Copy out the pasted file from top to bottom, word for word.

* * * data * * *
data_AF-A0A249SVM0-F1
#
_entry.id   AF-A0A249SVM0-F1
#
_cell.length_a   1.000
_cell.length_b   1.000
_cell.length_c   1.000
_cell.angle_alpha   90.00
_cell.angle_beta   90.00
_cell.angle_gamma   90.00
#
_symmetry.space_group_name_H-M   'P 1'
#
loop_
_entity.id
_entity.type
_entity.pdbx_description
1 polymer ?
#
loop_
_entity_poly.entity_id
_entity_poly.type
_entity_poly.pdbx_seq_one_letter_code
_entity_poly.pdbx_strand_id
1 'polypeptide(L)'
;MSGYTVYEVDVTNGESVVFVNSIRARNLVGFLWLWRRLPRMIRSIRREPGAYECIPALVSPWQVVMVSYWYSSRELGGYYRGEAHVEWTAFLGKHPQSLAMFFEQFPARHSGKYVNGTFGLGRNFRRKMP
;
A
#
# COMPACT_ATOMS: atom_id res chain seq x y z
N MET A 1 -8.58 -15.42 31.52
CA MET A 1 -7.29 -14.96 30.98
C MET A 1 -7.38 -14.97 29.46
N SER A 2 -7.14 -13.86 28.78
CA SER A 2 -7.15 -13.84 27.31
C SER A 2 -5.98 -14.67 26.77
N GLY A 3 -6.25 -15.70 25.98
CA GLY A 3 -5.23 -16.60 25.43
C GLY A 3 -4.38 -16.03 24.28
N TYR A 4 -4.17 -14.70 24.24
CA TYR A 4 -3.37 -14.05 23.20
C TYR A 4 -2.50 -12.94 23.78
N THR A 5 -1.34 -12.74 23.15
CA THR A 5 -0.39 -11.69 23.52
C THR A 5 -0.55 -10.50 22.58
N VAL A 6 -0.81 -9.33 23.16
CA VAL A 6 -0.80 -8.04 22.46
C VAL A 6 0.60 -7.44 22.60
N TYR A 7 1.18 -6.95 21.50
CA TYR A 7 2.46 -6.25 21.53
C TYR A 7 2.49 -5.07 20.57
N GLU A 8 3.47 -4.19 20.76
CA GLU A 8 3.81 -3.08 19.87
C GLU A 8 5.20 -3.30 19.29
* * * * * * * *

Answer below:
data_AF-A0A249SVM0-F1
#
_entry.id   AF-A0A249SVM0-F1
#
_cell.length_a   1.000
_cell.length_b   1.000
_cell.length_c   1.000
_cell.angle_alpha   90.00
_cell.angle_beta   90.00
_cell.angle_gamma   90.00
#
_symmetry.space_group_name_H-M   'P 1'
#
loop_
_entity.id
_entity.type
_entity.pdbx_description
1 polymer ?
#
loop_
_entity_poly.entity_id
_entity_poly.type
_entity_poly.pdbx_seq_one_letter_code
_entity_poly.pdbx_strand_id
1 'polypeptide(L)'
;MSGYTVYEVDVTNGESVVFVNSIRARNLVGFLWLWRRLPRMIRSIRREPGAYECIPALVSPWQVVMVSYWYSSRELGGYYRGEAHVEWTAFLGKHPQSLAMFFEQFPARHSGKYVNGTFGLGRNFRRKMP
;
A
#
# COMPACT_ATOMS: atom_id res chain seq x y z
N MET A 1 -8.58 -15.42 31.52
CA MET A 1 -7.29 -14.96 30.98
C MET A 1 -7.38 -14.97 29.46
N SER A 2 -7.14 -13.86 28.78
CA SER A 2 -7.15 -13.84 27.31
C SER A 2 -5.98 -14.67 26.77
N GLY A 3 -6.25 -15.70 25.98
CA GLY A 3 -5.23 -16.60 25.43
C GLY A 3 -4.38 -16.03 24.28
N TYR A 4 -4.17 -14.70 24.24
CA TYR A 4 -3.37 -14.05 23.20
C TYR A 4 -2.50 -12.94 23.78
N THR A 5 -1.34 -12.74 23.15
CA THR A 5 -0.39 -11.69 23.52
C THR A 5 -0.55 -10.50 22.58
N VAL A 6 -0.81 -9.33 23.16
CA VAL A 6 -0.80 -8.04 22.46
C VAL A 6 0.60 -7.44 22.60
N TYR A 7 1.18 -6.95 21.50
CA TYR A 7 2.46 -6.25 21.53
C TYR A 7 2.49 -5.07 20.57
N GLU A 8 3.47 -4.19 20.76
CA GLU A 8 3.81 -3.08 19.87
C GLU A 8 5.20 -3.30 19.29